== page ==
News comes today of an unwanted Christmas surprise: DCPS acknowledged errors in its IMPACT teacher evaluation system that affected 44 teachers in 2012-3, including one who was wrongly terminated.
Understandably (if predictably), local and national union leaders argue that the errors demonstrate that the use of value-added analysis in evaluating teachers is irredeemably flawed. Washington Teachers Union president Elizabeth Davis told the Washington Post, "The idea of attaching test scores to a teacher's evaluation - that idea needs to be junked." Randi Weingarten, president of the American Federation of Teachers, chimed in to The Huffington Post, "You can't simply take a bunch of data, apply an algorithm, and use whatever pops out of a black box to judge teachers, students and our schools."
Does IMPACT warrant this kind of opprobrium?
Any error which costs someone their job is, as Jason Kamras, chief of human capital for DCPS put it plainly, "unacceptable." And while he aims to make the dismissed teacher "completely whole," including giving him or her back her job, no doubt that will come as cold comfort to the teacher who may have been looking for work since the summer.
Still, DCPS deserves some credit for coming clean about this error completely on its own. And even though the errors also meant that 22 of the 44 teachers got higher ratings than they should have, DCPS will not adjust those ratings downward.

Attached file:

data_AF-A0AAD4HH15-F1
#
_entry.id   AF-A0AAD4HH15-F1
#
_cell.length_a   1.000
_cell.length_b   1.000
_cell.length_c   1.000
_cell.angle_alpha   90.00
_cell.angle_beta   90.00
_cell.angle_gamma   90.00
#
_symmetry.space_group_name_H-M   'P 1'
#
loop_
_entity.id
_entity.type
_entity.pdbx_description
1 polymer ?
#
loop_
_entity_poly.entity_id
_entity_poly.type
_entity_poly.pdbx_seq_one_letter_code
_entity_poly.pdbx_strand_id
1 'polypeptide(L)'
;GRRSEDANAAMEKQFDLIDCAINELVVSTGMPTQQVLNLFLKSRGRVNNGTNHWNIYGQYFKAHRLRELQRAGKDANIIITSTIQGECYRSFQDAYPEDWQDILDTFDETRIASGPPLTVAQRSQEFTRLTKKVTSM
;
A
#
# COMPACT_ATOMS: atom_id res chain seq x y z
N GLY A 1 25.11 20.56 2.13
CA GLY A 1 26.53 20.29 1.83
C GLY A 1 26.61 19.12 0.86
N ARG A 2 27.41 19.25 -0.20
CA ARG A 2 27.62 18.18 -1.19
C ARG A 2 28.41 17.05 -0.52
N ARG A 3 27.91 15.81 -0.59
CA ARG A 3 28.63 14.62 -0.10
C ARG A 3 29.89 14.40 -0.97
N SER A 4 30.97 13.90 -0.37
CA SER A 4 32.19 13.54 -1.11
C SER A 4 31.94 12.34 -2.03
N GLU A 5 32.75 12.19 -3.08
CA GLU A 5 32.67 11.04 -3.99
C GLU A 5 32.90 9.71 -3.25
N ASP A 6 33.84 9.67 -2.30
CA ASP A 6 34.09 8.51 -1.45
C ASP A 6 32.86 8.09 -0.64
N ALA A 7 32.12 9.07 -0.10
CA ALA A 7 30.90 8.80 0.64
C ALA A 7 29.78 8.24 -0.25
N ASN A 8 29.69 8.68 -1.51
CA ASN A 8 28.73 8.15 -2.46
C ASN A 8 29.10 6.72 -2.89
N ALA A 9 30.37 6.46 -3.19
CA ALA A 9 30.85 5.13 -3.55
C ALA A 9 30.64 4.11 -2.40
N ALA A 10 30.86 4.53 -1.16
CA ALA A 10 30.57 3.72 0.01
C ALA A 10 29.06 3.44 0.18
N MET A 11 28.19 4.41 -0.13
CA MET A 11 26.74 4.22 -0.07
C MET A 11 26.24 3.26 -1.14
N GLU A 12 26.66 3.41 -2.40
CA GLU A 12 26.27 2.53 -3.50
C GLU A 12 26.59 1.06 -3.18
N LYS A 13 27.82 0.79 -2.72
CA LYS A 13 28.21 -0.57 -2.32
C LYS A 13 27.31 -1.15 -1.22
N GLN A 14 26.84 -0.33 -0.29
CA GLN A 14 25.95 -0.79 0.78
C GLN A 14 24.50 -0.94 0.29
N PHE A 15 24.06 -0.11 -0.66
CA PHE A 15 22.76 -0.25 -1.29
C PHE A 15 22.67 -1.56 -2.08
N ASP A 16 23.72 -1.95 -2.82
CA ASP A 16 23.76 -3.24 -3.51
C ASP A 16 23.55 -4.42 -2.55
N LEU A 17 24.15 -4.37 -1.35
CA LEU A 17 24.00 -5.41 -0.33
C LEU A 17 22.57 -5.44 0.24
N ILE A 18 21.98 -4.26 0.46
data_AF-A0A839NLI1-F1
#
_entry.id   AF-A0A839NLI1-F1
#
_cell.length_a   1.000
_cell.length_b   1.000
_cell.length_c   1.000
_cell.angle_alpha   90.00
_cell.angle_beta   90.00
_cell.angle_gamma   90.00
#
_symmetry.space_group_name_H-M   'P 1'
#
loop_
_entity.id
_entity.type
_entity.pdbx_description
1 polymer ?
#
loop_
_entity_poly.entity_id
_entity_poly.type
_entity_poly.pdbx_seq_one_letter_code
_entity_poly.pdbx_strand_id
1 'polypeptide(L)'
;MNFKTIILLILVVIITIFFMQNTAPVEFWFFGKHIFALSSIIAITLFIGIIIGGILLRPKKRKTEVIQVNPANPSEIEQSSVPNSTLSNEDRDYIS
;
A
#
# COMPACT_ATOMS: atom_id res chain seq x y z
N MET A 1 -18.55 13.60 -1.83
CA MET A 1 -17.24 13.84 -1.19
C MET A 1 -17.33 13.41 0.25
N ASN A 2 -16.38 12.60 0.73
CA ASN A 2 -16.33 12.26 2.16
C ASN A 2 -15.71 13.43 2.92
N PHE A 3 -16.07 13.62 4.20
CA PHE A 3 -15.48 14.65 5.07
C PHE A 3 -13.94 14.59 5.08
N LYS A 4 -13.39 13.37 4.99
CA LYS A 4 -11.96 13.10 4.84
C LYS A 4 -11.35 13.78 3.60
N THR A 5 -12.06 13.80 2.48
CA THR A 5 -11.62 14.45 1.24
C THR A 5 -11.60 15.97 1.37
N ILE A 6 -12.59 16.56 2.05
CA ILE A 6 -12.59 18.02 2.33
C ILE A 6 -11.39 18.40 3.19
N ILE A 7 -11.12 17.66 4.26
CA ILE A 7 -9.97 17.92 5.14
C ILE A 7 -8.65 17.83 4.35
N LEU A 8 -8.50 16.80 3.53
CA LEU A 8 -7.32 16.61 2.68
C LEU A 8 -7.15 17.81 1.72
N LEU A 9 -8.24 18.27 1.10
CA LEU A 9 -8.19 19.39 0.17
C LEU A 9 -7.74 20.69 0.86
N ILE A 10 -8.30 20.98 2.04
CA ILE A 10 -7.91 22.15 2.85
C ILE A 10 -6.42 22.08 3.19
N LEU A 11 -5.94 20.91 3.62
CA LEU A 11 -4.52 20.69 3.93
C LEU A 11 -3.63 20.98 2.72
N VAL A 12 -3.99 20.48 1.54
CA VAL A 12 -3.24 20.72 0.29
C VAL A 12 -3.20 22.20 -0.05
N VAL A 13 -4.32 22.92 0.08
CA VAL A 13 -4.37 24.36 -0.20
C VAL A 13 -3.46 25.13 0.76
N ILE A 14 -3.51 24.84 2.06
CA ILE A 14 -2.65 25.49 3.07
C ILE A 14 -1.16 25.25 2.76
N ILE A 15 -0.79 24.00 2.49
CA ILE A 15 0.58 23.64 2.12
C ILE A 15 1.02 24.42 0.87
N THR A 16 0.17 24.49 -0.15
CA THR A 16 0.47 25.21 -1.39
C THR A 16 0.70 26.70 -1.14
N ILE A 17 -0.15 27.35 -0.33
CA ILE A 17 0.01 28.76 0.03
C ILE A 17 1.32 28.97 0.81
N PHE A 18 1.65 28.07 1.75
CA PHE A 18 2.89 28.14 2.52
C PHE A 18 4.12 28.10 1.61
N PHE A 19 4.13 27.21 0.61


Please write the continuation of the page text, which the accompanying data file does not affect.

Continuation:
What's more, eliminating the value-added analysis from evaluation won't eliminate error, it will just make it harder to catch. The "black box" of statistical analysis will be replaced with the "black box" of what goes on inside principals' heads. As the MET project showed, human observers alone do a relatively poor job at determining which teachers are best at promoting learning.
Much more reliable is an evaluation system like IMPACT, which makes test scores no more than 35 percent of a teacher's rating and which incorporates observations from multiple trained evaluators. With research showing that IMPACT helps DCPS identify and keep its best teachers, and results from TUDA showing DCPS is making headway, junking IMPACT doesn't seem wise.
We have to be fair to both teachers and students. Judging from the early returns from newly implemented teacher evaluation systems, principals still generally prefer to treat their teachers like widgets, often assessing 95+ percent of their teachers as "effective." This sort of systemic error means too many teachers aren't getting the feedback they need to get better and too many students have teachers who aren't helping them progress. Value-added analysis serves as an important check on principals who rate building harmony higher than making hard decisions about which teachers might be in the wrong profession.
This won't be the last time that these sorts of errors in value-added analysis are discovered. But let's weigh the errors that we can see against those that we often can't - but which nonetheless have profound repercussions for the life trajectories of students.